Foxearth Meadows Nature Reserve is literally buzzing with life, with dragonflies and damselflies zipping over shaded ponds while other insects and mammals go about their business. But their presence is entirely dependent on having the right kind of habitat to live in. Known collectively as ‘Odonata’, these large, brightly-coloured insects are one of the best indicators of a healthy natural environment. Most of a dragonfly’s life is spent as a nymph, beneath the water’s surface. The adults feed on other insect species and favour quiet, sunny and secluded sites. Our reserve supports a blend of open water, shaded pools, reed beds and healthy plant life for these insects. Odonata are also sensitive to climate change. The arrival of new species in the country points to a warming climate.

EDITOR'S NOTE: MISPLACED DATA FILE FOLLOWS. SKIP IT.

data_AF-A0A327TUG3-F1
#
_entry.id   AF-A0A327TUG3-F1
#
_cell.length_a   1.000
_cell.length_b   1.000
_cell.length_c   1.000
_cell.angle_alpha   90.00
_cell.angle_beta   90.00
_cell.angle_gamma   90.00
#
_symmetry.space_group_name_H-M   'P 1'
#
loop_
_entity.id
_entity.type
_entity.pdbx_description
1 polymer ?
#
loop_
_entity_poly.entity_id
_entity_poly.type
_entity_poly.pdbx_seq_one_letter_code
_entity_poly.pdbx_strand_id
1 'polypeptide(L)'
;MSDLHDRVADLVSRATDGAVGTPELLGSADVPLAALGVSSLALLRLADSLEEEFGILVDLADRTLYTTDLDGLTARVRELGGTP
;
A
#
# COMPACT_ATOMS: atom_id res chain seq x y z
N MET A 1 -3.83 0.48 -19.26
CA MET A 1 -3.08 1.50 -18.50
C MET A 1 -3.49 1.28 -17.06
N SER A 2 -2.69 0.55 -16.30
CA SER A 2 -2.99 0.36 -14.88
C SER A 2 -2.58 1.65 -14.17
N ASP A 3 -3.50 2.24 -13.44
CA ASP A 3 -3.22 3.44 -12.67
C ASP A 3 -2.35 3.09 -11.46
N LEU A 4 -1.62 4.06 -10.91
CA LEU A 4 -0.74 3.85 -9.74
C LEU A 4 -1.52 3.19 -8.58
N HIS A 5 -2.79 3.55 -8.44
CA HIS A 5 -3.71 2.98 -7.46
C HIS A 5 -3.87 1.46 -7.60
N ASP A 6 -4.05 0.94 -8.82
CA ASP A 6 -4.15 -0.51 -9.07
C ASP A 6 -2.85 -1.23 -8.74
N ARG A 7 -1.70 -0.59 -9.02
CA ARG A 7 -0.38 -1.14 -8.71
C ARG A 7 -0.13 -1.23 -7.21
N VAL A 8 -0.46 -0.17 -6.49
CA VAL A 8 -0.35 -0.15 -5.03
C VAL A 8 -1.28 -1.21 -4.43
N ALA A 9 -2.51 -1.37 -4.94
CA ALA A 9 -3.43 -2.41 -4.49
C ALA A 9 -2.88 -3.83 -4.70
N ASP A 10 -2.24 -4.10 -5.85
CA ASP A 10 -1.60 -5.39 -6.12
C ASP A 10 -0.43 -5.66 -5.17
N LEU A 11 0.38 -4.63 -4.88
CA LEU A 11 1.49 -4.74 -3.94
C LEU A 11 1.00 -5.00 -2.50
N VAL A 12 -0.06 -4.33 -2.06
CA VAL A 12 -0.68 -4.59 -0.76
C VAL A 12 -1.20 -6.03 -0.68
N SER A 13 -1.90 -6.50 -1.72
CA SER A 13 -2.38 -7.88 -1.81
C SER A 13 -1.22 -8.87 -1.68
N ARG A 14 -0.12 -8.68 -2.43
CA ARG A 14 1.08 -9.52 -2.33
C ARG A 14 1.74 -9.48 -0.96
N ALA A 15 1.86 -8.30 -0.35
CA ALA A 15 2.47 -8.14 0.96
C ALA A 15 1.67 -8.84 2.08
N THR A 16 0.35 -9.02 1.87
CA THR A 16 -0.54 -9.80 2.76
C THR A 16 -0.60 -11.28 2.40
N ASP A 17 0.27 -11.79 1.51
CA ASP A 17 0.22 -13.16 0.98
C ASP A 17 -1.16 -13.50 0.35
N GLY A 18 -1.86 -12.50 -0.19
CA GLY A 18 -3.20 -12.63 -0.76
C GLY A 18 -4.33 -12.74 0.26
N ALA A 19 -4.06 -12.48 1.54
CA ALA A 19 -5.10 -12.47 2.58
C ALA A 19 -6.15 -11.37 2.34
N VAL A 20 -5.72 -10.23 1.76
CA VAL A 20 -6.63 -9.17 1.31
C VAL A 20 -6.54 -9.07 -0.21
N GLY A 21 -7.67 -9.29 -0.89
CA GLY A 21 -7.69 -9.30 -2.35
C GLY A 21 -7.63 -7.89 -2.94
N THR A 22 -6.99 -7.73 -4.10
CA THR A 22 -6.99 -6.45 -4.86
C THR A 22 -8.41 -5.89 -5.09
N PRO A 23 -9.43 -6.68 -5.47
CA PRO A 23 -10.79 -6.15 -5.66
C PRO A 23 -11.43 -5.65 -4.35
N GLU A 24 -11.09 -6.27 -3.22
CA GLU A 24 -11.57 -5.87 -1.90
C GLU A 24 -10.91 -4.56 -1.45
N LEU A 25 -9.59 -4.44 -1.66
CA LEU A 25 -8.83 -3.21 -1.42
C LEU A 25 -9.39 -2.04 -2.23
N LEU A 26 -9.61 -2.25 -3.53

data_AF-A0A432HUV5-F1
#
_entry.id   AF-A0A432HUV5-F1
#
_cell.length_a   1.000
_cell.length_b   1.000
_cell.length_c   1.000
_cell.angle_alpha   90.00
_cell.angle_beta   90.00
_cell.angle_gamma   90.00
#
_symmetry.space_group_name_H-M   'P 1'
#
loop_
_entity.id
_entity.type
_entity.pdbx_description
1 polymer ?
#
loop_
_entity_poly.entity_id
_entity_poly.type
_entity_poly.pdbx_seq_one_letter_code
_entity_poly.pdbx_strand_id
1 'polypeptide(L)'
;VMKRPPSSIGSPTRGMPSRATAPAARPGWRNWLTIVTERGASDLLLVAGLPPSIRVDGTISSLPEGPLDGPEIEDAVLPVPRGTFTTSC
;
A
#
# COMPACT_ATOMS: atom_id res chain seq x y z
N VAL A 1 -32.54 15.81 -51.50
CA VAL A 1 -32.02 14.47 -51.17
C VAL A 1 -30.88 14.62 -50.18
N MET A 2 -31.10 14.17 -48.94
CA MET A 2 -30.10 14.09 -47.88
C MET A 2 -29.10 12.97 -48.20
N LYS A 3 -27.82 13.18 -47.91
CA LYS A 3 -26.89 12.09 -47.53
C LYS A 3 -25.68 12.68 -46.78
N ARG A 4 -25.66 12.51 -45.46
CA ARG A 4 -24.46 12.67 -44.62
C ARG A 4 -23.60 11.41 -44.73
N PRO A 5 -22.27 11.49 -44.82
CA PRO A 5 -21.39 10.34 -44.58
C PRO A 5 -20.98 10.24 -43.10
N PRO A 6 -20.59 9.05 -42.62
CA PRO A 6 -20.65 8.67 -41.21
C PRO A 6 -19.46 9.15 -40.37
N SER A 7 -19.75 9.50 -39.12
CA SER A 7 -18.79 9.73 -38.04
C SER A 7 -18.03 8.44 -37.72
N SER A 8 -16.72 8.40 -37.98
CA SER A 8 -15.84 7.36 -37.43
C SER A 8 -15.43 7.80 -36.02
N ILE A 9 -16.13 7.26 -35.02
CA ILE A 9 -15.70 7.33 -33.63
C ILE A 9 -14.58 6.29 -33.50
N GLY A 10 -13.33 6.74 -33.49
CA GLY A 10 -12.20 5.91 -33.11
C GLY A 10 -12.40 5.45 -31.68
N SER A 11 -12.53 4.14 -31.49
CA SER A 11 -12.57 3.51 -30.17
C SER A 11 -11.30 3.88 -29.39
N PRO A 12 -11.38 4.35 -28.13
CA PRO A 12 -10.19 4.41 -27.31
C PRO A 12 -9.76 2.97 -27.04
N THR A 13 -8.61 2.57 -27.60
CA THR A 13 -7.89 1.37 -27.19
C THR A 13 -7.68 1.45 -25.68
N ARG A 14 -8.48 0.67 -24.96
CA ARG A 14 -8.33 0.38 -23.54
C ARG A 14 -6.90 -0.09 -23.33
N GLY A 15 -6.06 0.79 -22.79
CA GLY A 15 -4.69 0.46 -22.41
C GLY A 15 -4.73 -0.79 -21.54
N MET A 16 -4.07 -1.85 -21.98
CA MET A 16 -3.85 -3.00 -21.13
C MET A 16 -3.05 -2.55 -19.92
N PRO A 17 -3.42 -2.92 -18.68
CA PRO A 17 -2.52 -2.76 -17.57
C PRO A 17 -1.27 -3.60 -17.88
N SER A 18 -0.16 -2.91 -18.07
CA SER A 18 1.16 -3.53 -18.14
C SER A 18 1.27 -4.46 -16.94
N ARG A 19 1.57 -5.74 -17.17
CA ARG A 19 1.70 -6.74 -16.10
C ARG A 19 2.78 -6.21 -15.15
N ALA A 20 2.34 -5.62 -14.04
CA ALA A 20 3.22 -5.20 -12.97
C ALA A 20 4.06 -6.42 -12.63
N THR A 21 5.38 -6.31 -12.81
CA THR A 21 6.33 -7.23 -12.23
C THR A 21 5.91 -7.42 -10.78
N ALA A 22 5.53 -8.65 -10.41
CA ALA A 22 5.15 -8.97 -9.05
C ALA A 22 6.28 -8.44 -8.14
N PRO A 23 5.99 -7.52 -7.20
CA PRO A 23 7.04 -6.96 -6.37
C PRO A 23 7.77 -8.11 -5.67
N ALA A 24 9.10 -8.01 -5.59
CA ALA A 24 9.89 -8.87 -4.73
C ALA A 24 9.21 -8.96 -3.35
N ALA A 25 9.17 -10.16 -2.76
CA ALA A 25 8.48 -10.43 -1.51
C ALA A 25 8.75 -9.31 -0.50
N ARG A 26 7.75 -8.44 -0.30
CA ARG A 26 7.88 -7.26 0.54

Other plants and creatures flourish on our reserve with several bird species residing here, including the Hobby Falco subbuteo, a migrant falcon whose favourite food is dragonflies.
Hundreds of species of plants, fungi, mammals, molluscs, birds and insects have now been recorded at Foxearth Meadows and the rapidly growing dataset is being regularly updated at the Essex Wildlife Trust Biological Recording Centre. Experiments in cattle-grazing and mowing regimes are improving the floral diversity of the grasslands and dense blackthorn and hawthorn scrub has been laid to benefit nesting birds. Continuing care and careful habitat management will no doubt see more and new species taking up residence.
It’s important to A Rocha UK that everyone has access to enjoy nature. Visitors are welcome to explore Foxearth Meadows Nature Reserve!